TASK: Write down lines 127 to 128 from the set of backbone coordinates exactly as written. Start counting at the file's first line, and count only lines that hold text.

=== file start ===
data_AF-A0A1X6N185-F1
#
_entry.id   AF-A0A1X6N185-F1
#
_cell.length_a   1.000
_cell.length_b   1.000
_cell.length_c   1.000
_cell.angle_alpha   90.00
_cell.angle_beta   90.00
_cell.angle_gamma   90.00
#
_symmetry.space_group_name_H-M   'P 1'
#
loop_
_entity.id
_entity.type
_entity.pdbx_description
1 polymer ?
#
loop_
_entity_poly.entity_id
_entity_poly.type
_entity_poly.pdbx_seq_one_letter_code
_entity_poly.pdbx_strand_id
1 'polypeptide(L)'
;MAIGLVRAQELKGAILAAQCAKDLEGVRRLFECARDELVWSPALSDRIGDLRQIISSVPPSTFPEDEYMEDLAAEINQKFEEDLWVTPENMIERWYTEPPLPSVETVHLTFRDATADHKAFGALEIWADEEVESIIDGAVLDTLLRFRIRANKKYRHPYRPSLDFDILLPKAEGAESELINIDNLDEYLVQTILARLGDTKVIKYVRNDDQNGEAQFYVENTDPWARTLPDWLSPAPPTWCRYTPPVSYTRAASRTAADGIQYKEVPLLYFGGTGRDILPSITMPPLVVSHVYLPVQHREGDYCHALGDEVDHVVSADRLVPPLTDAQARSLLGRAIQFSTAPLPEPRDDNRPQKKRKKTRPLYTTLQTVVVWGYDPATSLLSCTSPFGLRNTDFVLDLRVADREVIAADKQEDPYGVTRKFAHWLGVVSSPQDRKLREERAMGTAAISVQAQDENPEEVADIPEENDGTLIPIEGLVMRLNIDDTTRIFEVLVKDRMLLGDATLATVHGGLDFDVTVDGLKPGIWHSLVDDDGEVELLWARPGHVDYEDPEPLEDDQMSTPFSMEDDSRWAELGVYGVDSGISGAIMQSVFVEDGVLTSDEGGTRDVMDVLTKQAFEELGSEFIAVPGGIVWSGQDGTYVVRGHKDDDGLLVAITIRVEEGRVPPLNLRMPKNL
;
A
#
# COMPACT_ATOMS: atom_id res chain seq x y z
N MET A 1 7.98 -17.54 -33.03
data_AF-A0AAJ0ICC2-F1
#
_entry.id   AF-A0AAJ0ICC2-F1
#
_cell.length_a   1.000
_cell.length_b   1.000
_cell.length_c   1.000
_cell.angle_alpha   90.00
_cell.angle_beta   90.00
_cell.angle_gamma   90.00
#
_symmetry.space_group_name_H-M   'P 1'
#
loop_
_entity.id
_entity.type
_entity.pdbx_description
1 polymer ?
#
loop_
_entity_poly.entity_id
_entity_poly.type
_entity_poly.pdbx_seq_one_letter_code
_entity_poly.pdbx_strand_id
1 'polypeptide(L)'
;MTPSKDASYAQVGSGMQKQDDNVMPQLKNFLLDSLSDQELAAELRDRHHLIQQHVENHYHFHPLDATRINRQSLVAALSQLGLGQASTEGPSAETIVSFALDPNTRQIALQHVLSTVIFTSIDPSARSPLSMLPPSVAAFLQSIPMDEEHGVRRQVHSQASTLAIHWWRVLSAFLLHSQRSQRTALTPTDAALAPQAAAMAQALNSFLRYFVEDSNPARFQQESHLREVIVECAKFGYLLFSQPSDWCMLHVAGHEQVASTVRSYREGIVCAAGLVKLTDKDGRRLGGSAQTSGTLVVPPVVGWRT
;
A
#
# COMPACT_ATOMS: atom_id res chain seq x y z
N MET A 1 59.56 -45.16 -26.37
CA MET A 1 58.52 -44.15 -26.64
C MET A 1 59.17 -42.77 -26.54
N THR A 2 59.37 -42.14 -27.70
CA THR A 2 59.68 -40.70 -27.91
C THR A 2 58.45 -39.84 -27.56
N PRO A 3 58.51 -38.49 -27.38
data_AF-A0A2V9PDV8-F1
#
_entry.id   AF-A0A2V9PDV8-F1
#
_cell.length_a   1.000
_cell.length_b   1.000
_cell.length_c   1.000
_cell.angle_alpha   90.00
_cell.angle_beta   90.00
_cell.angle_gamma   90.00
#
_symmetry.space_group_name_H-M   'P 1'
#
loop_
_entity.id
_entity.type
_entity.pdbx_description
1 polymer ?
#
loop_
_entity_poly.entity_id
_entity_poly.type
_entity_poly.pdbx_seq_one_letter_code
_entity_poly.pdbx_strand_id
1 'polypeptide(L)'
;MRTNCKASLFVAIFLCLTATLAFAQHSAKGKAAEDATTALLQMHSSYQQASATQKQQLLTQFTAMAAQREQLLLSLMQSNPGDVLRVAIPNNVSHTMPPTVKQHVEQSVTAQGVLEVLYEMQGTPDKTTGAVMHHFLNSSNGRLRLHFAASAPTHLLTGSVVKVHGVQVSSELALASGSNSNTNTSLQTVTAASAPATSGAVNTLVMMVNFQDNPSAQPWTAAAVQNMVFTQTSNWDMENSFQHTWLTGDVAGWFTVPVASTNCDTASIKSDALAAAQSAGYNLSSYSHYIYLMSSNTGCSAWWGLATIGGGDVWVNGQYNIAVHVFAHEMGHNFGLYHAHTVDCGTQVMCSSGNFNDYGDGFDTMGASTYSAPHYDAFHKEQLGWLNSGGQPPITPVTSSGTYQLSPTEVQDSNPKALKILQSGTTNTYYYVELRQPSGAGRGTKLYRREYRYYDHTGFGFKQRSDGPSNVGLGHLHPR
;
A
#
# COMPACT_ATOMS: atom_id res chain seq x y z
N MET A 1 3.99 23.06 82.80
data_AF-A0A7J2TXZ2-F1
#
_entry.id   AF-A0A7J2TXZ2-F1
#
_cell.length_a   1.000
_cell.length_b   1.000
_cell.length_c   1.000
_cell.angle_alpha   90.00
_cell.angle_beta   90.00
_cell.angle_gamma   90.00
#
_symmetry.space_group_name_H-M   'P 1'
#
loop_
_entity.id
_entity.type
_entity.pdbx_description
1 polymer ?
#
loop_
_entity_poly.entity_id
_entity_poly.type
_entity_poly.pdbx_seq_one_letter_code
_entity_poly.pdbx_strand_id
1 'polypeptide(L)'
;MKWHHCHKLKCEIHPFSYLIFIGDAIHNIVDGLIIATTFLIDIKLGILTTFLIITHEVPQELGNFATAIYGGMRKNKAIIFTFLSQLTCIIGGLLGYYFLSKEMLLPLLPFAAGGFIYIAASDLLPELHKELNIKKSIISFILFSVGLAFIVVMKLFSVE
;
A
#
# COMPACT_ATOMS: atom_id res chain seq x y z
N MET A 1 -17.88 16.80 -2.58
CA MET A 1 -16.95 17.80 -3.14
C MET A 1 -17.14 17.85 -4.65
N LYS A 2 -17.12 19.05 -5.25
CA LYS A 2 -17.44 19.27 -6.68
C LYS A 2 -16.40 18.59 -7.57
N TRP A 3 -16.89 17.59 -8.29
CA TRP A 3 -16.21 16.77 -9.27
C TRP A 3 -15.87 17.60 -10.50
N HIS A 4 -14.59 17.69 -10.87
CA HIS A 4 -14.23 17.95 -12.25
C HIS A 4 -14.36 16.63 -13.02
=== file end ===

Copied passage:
A
#